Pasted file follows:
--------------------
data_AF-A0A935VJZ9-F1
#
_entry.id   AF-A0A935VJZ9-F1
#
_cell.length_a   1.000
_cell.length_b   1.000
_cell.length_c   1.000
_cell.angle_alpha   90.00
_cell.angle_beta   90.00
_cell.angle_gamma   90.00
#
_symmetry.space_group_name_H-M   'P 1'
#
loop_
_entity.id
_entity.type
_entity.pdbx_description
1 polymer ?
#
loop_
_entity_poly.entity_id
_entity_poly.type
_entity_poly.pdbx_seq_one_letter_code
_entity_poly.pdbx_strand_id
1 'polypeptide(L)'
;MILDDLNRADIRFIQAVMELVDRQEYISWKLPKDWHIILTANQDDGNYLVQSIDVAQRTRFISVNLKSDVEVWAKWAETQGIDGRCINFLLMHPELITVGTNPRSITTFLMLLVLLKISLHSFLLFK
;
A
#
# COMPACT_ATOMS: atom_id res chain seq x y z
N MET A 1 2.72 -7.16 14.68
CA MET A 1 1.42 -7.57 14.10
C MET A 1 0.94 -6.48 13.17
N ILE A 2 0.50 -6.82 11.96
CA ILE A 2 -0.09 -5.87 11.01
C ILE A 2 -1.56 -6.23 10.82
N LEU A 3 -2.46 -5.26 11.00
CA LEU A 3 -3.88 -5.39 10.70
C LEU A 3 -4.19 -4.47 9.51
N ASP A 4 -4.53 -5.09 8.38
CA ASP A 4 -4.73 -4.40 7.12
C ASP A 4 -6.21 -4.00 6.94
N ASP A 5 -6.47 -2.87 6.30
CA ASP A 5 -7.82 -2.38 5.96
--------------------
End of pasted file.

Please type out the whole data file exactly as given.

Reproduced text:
data_AF-A0A935VJZ9-F1
#
_entry.id   AF-A0A935VJZ9-F1
#
_cell.length_a   1.000
_cell.length_b   1.000
_cell.length_c   1.000
_cell.angle_alpha   90.00
_cell.angle_beta   90.00
_cell.angle_gamma   90.00
#
_symmetry.space_group_name_H-M   'P 1'
#
loop_
_entity.id
_entity.type
_entity.pdbx_description
1 polymer ?
#
loop_
_entity_poly.entity_id
_entity_poly.type
_entity_poly.pdbx_seq_one_letter_code
_entity_poly.pdbx_strand_id
1 'polypeptide(L)'
;MILDDLNRADIRFIQAVMELVDRQEYISWKLPKDWHIILTANQDDGNYLVQSIDVAQRTRFISVNLKSDVEVWAKWAETQGIDGRCINFLLMHPELITVGTNPRSITTFLMLLVLLKISLHSFLLFK
;
A
#
# COMPACT_ATOMS: atom_id res chain seq x y z
N MET A 1 2.72 -7.16 14.68
CA MET A 1 1.42 -7.57 14.10
C MET A 1 0.94 -6.48 13.17
N ILE A 2 0.50 -6.82 11.96
CA ILE A 2 -0.09 -5.87 11.01
C ILE A 2 -1.56 -6.23 10.82
N LEU A 3 -2.46 -5.26 11.00
CA LEU A 3 -3.88 -5.39 10.70
C LEU A 3 -4.19 -4.47 9.51
N ASP A 4 -4.53 -5.09 8.38
CA ASP A 4 -4.73 -4.40 7.12
C ASP A 4 -6.21 -4.00 6.94
N ASP A 5 -6.47 -2.87 6.30
CA ASP A 5 -7.82 -2.38 5.96